Atlanta's Thiago Almada completes MLS-record move to Botafogo

Thiago Almada has completed his MLS-record transfer from Atlanta United to Brazilian side Botafago.

The Athletic reported earlier this week that, Atlanta will receive $21million for Almada, with the deal potentially reaching up to $30m if conditions for additional payments are met. The 23-year-old has signed a contract until June 2029 with Botafogo.

Almada joined Atlanta from Velez Sarsfield in his native Argentina in 2022 for a reported fee of $16m. He won the MLS Newcomer of the Year award and also became the first player to win the World Cup as an active MLS player later that year.

“We spent more than a year recruiting Thiago to join Atlanta United and during that process we agreed that our club could provide a great platform to showcase his abilities and he would have the opportunity to continue his development until the time was right for him to move on to the next challenge,” Atlanta vice president and technical director Carlos Bocanegra said.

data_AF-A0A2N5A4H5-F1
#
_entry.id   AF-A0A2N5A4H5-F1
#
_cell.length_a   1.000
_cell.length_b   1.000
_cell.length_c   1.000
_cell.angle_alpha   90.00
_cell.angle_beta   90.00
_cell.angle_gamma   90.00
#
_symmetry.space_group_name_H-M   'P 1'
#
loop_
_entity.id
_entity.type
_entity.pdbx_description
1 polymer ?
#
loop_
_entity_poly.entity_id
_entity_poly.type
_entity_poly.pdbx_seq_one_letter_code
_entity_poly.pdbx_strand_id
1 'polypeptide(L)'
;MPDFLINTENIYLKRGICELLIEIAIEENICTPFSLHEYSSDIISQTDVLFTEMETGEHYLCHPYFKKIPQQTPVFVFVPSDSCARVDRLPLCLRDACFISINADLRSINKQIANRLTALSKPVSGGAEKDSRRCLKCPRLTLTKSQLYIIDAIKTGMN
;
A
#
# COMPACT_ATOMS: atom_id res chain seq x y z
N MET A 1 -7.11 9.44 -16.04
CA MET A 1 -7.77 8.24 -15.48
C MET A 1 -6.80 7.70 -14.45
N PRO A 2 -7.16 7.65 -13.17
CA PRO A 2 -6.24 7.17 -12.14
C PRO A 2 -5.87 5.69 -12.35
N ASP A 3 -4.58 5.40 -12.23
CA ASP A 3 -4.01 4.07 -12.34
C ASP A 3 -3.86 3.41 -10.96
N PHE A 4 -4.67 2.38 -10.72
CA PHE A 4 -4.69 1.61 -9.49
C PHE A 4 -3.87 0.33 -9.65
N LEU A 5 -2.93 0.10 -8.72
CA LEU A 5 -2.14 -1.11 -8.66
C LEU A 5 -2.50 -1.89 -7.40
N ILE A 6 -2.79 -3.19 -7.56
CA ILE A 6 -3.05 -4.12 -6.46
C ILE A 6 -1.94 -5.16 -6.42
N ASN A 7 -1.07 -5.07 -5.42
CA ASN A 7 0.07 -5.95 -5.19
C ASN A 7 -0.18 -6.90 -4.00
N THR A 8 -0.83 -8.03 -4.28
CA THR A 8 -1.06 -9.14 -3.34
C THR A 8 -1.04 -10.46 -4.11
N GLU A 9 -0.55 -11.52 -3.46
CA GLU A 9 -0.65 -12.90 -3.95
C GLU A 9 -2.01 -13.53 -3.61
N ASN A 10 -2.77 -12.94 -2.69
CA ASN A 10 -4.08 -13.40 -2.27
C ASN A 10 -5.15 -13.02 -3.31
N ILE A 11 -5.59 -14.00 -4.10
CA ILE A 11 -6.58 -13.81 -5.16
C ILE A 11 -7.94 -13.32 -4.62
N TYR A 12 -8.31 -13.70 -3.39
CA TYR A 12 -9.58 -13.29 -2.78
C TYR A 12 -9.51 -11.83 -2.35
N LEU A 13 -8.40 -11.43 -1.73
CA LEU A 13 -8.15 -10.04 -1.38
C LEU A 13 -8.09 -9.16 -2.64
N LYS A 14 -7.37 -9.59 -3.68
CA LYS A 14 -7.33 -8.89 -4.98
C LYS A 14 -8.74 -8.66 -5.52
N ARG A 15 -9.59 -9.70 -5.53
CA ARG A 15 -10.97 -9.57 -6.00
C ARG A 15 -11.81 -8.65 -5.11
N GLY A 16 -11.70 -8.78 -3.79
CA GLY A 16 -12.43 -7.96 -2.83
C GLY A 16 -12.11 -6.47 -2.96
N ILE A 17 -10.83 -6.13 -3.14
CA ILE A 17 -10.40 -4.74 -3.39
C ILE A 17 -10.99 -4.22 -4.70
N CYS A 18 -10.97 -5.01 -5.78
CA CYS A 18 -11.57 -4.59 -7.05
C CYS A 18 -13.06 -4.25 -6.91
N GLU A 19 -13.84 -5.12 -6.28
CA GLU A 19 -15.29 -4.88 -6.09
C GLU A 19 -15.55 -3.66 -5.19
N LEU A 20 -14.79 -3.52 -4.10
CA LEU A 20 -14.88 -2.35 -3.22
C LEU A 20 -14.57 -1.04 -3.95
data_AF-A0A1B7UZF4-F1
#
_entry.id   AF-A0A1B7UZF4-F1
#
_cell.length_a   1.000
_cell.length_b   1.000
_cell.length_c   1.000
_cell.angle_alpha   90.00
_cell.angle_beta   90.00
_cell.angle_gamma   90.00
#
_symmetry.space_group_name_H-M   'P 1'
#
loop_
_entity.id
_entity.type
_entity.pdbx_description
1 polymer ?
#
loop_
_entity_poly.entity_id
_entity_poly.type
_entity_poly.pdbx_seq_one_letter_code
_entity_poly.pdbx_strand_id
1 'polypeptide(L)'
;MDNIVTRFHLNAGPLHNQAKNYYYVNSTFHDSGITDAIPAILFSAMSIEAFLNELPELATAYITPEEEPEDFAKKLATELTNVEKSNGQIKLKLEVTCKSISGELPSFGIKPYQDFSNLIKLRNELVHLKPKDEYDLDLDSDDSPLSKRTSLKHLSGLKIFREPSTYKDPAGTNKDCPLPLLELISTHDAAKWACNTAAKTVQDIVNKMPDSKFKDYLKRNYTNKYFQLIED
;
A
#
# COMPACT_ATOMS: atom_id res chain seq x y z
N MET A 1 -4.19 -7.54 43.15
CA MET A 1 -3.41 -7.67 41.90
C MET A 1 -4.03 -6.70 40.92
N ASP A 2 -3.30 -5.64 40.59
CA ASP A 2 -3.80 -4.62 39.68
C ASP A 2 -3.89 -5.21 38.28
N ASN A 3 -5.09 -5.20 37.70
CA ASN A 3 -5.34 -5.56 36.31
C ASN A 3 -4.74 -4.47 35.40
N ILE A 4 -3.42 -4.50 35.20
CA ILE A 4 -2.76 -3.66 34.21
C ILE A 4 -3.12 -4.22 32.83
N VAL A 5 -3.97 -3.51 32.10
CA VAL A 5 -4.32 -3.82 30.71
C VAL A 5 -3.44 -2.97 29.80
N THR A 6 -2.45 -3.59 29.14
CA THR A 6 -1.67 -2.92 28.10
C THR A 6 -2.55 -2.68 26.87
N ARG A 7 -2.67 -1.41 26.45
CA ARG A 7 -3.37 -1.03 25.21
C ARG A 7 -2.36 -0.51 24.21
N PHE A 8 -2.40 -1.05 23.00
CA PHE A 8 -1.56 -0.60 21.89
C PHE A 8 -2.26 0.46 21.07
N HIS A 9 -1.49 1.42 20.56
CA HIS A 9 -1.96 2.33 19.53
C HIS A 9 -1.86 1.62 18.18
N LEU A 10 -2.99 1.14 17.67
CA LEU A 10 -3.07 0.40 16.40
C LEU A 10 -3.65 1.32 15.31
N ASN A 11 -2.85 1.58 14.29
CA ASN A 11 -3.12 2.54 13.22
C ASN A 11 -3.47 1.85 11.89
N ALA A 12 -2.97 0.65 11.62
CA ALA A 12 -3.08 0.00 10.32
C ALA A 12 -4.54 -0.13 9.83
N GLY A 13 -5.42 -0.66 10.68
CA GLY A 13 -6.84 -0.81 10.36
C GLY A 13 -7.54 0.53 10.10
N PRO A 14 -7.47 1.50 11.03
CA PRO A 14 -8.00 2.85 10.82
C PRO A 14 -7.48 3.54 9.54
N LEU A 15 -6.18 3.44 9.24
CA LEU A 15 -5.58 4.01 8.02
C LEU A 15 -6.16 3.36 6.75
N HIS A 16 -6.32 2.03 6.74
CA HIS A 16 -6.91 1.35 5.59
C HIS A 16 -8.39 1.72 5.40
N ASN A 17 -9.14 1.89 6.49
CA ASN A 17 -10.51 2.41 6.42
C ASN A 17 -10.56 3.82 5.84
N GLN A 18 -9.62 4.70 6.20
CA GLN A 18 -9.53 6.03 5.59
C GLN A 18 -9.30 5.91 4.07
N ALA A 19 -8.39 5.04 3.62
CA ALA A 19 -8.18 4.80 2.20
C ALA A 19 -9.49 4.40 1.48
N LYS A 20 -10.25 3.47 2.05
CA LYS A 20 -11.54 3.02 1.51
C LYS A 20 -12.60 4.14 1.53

“We’re proud of what Thiago was able to accomplish in a short period of time, which includes debuting for the Argentine National Team, winning the 2022 FIFA World Cup and winning a pair of individual MLS awards — Newcomer of the Year and Young Player of the Year.

“His success is something we’re all proud of and a ton of credit is owed to our scouting department, in addition to everyone who has worked with him at the club. Our team has been prepared for this move and we will look to immediately reinvest in the team during the upcoming summer transfer window.”

Almada leaves Atalanta having scored 24 goals in 81 games. The attacking midfielder was not selected in Lionel Scaloni’s squad for the ongoing Copa America in the United States but he has been named in Javier Mascherano’s team for the Paris Olympics later this summer.

Botafogo, meanwhile, is owned by Eagle Football Holdings, which also owns Ligue 1 club Lyon and has a stake in Premier League side Crystal Palace, as well as RWD Molenbeek of Belgium.

(Juan Carlos Hernandez/AFP via Getty Images)

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